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Keywords:

  • mechanism;
  • recurrence;
  • stroke subtype

Background and purpose

The association between past stroke subtypes and recurrent stroke subtypes in non-cardiogenic stroke remains unknown.

Methods

Patients with ischaemic stroke who had a past history of large-artery disease (LAD) or small-artery disease (SAD) subtypes were assessed. LAD was subdivided into intracranial atherosclerosis (ICAS) and extracranial atherosclerosis (ECAS). LAD stroke mechanisms were categorized as artery-to-artery embolism, in situ thrombotic occlusion and local branch occlusion, while SAD was subdivided into lacunar infarction (LI) and branch atheromatous disease (BAD) on the basis of magnetic resonance imaging findings. The relationship between past and current strokes was analyzed.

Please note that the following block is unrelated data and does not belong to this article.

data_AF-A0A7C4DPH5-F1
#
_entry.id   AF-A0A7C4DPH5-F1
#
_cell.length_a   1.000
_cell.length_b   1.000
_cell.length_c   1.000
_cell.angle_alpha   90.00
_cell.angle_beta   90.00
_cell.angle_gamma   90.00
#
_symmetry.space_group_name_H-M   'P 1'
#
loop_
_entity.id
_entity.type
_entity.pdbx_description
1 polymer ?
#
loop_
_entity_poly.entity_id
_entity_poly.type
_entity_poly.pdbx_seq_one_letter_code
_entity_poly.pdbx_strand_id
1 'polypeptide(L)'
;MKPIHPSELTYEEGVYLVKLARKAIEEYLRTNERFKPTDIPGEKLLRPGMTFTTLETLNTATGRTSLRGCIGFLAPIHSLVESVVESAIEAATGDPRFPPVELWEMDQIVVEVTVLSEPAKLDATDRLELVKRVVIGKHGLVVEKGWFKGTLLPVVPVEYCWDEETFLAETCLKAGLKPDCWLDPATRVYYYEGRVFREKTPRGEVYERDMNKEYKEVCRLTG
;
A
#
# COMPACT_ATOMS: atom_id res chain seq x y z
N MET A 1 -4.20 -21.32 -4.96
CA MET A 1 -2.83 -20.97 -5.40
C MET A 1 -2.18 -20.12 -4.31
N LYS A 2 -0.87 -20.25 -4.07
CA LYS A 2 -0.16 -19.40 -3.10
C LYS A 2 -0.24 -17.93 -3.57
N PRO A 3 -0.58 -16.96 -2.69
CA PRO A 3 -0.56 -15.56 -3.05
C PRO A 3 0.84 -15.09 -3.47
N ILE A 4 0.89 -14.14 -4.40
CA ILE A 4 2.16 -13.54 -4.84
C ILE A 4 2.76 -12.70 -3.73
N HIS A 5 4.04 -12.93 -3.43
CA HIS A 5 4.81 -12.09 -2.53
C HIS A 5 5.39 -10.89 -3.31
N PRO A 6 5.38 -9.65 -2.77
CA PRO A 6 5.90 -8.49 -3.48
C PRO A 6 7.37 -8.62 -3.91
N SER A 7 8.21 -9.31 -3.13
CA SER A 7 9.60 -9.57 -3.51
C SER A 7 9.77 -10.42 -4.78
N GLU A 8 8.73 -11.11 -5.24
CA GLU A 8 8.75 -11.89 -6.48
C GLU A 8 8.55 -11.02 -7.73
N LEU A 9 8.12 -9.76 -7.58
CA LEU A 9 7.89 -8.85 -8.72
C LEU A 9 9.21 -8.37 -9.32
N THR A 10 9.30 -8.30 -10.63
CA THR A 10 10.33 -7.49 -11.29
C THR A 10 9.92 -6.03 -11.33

Results

Among the 202 patients enrolled, the LAD group (n = 111) had 64 and 47 patients with ICAS and ECAS, and the SAD group (n = 91) had 63 and 28 patients with LI and BAD, respectively, at the time of past stroke. Patients with LAD developed LAD-associated strokes most often (n = 99, 89.2%), and patients with SAD developed SAD most often (n = 69, 75.8%; P < 0.001). Patients with ICAS were more likely to develop ICAS later (n = 46, 79.3%), whereas those with ECAS developed ECAS more often (n = 31, 75.6%; P < 0.001). Patients with ICAS presenting with artery-to-artery embolism more often developed artery-to-artery embolism later (n = 26, 72.2%), whereas those with local branch occlusion developed recurrent local branch occlusion most often (n = 10, 66.7%, P = 0.005). In the SAD group, patients with BAD developed LAD more frequently than the LI group (n = 11, 39.3% vs. n = 9, 14.3%, P = 0.022).

Conclusions

The subtypes and mechanisms of recurrent stroke are significantly influenced by those of the past stroke.